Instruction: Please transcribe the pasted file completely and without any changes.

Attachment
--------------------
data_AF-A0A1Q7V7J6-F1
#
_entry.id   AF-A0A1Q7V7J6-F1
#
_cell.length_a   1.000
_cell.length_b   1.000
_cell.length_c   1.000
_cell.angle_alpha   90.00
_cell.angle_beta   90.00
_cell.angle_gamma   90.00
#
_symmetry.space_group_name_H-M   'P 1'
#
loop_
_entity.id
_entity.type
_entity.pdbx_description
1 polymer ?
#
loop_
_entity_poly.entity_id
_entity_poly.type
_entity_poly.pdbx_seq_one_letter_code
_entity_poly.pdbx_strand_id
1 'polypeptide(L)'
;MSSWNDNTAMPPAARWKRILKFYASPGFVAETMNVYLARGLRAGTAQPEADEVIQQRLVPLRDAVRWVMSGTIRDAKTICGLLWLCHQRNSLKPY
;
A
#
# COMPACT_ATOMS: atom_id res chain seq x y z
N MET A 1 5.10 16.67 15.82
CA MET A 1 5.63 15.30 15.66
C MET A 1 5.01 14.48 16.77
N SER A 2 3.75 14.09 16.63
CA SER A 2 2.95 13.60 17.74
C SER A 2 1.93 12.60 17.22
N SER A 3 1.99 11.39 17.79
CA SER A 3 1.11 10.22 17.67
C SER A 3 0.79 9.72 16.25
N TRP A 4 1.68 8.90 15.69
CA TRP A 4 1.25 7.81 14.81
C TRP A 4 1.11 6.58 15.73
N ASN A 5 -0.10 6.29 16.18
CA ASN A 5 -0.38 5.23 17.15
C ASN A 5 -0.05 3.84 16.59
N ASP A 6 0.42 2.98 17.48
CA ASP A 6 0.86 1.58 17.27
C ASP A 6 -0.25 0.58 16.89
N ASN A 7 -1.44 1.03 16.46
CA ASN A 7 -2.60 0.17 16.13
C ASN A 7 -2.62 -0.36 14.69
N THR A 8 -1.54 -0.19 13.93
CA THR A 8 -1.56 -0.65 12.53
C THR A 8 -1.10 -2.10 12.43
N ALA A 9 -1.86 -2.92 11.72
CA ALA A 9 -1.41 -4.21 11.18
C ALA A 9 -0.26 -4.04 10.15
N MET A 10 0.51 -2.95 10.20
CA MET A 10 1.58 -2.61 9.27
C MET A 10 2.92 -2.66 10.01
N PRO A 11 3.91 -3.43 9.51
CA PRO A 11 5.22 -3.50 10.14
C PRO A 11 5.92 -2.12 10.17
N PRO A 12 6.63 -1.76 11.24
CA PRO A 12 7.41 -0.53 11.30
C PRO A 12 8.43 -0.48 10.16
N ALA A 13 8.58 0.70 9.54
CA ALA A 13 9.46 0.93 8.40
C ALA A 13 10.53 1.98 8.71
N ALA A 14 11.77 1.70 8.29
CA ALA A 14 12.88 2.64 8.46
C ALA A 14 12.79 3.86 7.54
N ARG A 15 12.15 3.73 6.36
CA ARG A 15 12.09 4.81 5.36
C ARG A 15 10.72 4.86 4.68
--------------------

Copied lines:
data_AF-A0A1Q7V7J6-F1
#
_entry.id   AF-A0A1Q7V7J6-F1
#
_cell.length_a   1.000
_cell.length_b   1.000
_cell.length_c   1.000
_cell.angle_alpha   90.00
_cell.angle_beta   90.00
_cell.angle_gamma   90.00
#
_symmetry.space_group_name_H-M   'P 1'
#
loop_
_entity.id
_entity.type
_entity.pdbx_description
1 polymer ?
#
loop_
_entity_poly.entity_id
_entity_poly.type
_entity_poly.pdbx_seq_one_letter_code
_entity_poly.pdbx_strand_id
1 'polypeptide(L)'
;MSSWNDNTAMPPAARWKRILKFYASPGFVAETMNVYLARGLRAGTAQPEADEVIQQRLVPLRDAVRWVMSGTIRDAKTICGLLWLCHQRNSLKPY
;
A
#
# COMPACT_ATOMS: atom_id res chain seq x y z
N MET A 1 5.10 16.67 15.82
CA MET A 1 5.63 15.30 15.66
C MET A 1 5.01 14.48 16.77
N SER A 2 3.75 14.09 16.63
CA SER A 2 2.95 13.60 17.74
C SER A 2 1.93 12.60 17.22
N SER A 3 1.99 11.39 17.79
CA SER A 3 1.11 10.22 17.67
C SER A 3 0.79 9.72 16.25
N TRP A 4 1.68 8.90 15.69
CA TRP A 4 1.25 7.81 14.81
C TRP A 4 1.11 6.58 15.73
N ASN A 5 -0.10 6.29 16.18
CA ASN A 5 -0.38 5.23 17.15
C ASN A 5 -0.05 3.84 16.59
N ASP A 6 0.42 2.98 17.48
CA ASP A 6 0.86 1.58 17.27
C ASP A 6 -0.25 0.58 16.89
N ASN A 7 -1.44 1.03 16.46
CA ASN A 7 -2.60 0.17 16.13
C ASN A 7 -2.62 -0.36 14.69
N THR A 8 -1.54 -0.19 13.93
CA THR A 8 -1.56 -0.65 12.53
C THR A 8 -1.10 -2.10 12.43
N ALA A 9 -1.86 -2.92 11.72
CA ALA A 9 -1.41 -4.21 11.18
C ALA A 9 -0.26 -4.04 10.15
N MET A 10 0.51 -2.95 10.20
CA MET A 10 1.58 -2.61 9.27
C MET A 10 2.92 -2.66 10.01
N PRO A 11 3.91 -3.43 9.51
CA PRO A 11 5.22 -3.50 10.14
C PRO A 11 5.92 -2.12 10.17
N PRO A 12 6.63 -1.76 11.24
CA PRO A 12 7.41 -0.53 11.30
C PRO A 12 8.43 -0.48 10.16
N ALA A 13 8.58 0.70 9.54
CA ALA A 13 9.46 0.93 8.40
C ALA A 13 10.53 1.98 8.71
N ALA A 14 11.77 1.70 8.29
CA ALA A 14 12.88 2.64 8.46
C ALA A 14 12.79 3.86 7.54
N ARG A 15 12.15 3.73 6.36
CA ARG A 15 12.09 4.81 5.36
C ARG A 15 10.72 4.86 4.68